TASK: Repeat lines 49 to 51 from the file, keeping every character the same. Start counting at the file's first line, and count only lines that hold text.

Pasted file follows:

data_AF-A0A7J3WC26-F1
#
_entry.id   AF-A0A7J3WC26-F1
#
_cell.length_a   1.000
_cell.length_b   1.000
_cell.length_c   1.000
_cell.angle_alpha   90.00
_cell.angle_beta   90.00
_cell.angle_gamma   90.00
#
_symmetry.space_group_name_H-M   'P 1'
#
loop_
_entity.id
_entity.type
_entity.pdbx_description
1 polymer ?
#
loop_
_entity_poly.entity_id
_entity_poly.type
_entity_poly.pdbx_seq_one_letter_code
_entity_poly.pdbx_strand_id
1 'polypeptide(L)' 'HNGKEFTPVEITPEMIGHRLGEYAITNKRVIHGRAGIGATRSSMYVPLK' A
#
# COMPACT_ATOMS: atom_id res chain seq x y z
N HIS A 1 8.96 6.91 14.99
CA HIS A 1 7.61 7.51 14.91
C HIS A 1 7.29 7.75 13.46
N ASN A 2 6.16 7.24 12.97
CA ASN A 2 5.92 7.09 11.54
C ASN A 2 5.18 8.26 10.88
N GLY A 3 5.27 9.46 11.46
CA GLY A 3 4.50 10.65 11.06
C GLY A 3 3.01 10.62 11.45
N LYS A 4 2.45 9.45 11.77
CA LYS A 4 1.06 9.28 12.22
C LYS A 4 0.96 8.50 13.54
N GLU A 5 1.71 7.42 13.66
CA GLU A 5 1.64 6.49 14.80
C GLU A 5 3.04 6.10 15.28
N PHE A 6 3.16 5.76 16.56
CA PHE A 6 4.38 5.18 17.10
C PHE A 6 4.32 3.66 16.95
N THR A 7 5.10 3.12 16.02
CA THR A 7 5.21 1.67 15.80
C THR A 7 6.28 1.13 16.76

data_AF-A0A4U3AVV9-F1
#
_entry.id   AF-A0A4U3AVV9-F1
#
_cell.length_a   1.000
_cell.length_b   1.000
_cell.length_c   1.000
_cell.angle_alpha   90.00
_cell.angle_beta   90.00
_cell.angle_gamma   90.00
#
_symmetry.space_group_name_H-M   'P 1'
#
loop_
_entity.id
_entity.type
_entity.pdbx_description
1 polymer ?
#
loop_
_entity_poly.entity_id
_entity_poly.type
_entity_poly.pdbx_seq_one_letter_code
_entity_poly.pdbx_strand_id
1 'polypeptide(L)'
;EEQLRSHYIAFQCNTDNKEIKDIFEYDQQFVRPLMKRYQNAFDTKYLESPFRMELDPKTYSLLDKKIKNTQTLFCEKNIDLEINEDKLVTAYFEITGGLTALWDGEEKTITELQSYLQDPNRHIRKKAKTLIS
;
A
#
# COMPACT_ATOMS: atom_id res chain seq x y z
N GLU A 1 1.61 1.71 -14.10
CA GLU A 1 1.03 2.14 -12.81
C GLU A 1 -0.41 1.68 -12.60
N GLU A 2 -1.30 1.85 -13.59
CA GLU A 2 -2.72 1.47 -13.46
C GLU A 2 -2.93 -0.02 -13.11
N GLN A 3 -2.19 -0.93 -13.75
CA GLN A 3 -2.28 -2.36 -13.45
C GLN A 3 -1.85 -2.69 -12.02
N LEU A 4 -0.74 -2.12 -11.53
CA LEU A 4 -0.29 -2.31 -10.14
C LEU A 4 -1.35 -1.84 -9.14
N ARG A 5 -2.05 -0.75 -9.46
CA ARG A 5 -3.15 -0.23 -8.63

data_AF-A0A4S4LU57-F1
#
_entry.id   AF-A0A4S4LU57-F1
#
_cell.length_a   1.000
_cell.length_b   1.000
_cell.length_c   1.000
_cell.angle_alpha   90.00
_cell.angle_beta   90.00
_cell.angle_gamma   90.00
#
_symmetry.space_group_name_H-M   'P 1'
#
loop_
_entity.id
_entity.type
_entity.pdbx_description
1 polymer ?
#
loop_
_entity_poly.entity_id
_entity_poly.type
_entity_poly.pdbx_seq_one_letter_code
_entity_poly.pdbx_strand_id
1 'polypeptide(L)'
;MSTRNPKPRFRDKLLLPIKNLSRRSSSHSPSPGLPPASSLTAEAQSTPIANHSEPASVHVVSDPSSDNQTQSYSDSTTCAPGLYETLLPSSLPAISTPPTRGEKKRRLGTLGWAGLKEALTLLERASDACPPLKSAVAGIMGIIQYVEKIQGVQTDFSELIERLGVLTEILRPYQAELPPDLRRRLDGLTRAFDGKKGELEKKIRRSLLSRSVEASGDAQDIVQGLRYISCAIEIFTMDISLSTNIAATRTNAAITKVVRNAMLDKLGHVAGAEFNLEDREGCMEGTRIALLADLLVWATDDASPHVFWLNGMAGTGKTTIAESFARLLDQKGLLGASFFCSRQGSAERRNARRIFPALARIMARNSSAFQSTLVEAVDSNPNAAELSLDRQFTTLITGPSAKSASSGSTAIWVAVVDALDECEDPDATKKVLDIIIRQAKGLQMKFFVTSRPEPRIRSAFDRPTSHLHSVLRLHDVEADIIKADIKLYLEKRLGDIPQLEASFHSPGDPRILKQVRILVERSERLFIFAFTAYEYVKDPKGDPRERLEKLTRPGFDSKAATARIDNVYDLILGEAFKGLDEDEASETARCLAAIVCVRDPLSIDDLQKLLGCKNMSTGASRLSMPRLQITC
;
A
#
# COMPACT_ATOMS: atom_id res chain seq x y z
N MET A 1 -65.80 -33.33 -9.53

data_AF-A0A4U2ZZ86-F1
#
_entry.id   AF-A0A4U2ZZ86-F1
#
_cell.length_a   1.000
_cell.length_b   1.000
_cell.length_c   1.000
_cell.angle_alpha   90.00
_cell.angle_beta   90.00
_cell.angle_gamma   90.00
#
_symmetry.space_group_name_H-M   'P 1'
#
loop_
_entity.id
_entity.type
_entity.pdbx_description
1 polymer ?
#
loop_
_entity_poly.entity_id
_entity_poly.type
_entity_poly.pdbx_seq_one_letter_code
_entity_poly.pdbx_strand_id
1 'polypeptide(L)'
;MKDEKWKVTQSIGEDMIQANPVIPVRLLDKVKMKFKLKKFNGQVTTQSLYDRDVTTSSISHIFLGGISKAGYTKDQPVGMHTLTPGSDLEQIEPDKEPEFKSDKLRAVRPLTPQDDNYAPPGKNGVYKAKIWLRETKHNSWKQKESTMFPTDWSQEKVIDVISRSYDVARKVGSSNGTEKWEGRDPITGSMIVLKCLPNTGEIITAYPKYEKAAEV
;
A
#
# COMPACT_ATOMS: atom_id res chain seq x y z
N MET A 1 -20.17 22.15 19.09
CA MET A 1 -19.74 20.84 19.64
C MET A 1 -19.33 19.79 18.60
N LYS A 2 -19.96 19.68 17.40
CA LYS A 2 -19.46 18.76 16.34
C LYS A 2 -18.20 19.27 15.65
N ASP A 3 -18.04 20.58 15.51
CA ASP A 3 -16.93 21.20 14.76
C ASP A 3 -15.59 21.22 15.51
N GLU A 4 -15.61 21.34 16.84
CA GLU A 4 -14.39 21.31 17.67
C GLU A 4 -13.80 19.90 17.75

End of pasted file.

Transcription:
data_AF-A0A4U3AVV9-F1
#
_entry.id   AF-A0A4U3AVV9-F1